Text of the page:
“BATES MOTEL: Season 4, Episode 9” (TV Review)


After bearing witness to Norman’s ax-wielding meltdown in Episode 8, Episode 9 finds Alex concerned (and rightfully so) for the well-being and safety of Norma, who refuses to admit to him (and herself) that his request to have Norman go back to Pineview is warranted. Norma goes through her checklist of angles to get out of it but goes with her trusty ol gaslighting approach by telling Alex that he is overreacting.  

The personality nuances that the writers have created for Norma are genius and I can confidently say that because never in my life have I loved, admired, loathed and hated with every fiber of my being a character the way I do for her. Hers is the kind of frustrating behaviour that keeps me up at night, and never in my life have I felt so much sorrow for someone so abhorrent. This entire season has been a consistent display of how truly toxic Norma is, which is even more shocking considering she’s ostensibly one of the show’s protagonists.

As Norma is busy trying to get Alex out the door, we see Norman upstairs in the bathroom as he takes his pills. That may sound very trivial, but it is an example of some incredibly beautiful work done by the cinematographer and writers, intentionally capturing the deteriorating bathroom wall behind Norman. Throughout the season, the Bates home has shown its cracks in tandem with Norman’s mental state, and as you see the peeling paint throughout the house and the broken furnace, the foreshadowing of the Bates family fate becomes more clear.


This episode finally gave Max Thieriot his moment in the spotlight this season as the normally subdued Dylan has a very explosive moment with Norma. Summarizing the dynamic of his relationship to Norma, especially as opposed to her reationship with Norman, I was glad to see Dylan do something other than follow Emma around; there were times throughout this season where this writer was convinced Dylan was written in as an afterthought. With the conversation ranging from maddening to emotional to eventually heartbreaking, seeing these two characters have it out over irrefutable proof of Norman’s homicidal nature was so telling of how little value Norma sees in Dylan. Yet as a viewer, I am glad the writers gave Dylan the opportunity to have this confrontation with Norma, even if it was really hard on the heart to watch.  

As for the ending of the episode, BATES MOTEL really highlights the great but exceedingly uncomfortable chemistry between Vera Farmiga and Freddie Highmore. The way they whisper to each other about love with hands intertwined is really icky to watch, and it’s goes to show how powerful each performer has sold their role as mother and son, respectively. Yet what happens next was so shocking, I had to watch it multiple times to actually believe it happened: after creepily singing his mother to sleep, Norman goes to the faulty furnace and lights it, closing the vents as he makes his way back to the bedroom, all the while as a cover of “Mr. Sandman” sets the malevolent tone. The direction, camerawork and cinematography of this scene are absolutely stunning, with the POV moving through the ducts as the vents close one by one. While committing a murder/suicide is incredibly disturbing, I think it was the calmness in Highmore’s performance that I found the most disturbing.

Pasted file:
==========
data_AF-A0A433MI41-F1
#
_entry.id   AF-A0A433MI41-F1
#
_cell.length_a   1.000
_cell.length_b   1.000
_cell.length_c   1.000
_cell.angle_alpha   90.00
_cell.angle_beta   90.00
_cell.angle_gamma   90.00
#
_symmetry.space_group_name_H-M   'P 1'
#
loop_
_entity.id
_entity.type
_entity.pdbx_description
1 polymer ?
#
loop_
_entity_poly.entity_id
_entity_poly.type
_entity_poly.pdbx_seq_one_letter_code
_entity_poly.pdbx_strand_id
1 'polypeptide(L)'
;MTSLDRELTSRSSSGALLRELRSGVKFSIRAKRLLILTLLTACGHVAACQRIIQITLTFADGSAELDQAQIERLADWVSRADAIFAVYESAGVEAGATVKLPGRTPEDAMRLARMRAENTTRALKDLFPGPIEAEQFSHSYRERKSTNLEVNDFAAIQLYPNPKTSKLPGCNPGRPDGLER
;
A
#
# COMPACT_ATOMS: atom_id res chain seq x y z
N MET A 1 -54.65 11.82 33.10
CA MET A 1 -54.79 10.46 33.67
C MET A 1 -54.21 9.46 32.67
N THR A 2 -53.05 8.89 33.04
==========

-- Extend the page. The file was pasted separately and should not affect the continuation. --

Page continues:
In a heart wrenching conclusion to a wild episode, Alex comes home to find Norma and Norman unconscious, moving quickly to get some oxygen in the house and revive the two. To see the typically poker-faced Alex break down and sob over the lifeless body of his wife was incredibly powerful and painful as viewer. While the scene is incredibly shot and acted, the scene exudes the kind of sadness that stays with you. With next week’s finale wrapping up an emotionally tumultuous season, this writer hopes Norma lives, despite knowing eventually where the series must go. As for plot twists and shocking scenes I have no idea how they will top this episode but the writers have never failed before and I highly doubt they will let the fans down now.

About the author
Amy Seidman

Amy Seidman is a Toronto based writer for Fangoria Magazine, Delirium Magazine, Shock Till You Drop and Thrillist. She has a tattoo tribute to Castor Troy from Face/Off and is currently working on her Bates Motel fan fiction “Masterbates Motel.” She is proud of her life decisions. Follow her on Facebook, Twitter and Instagram..

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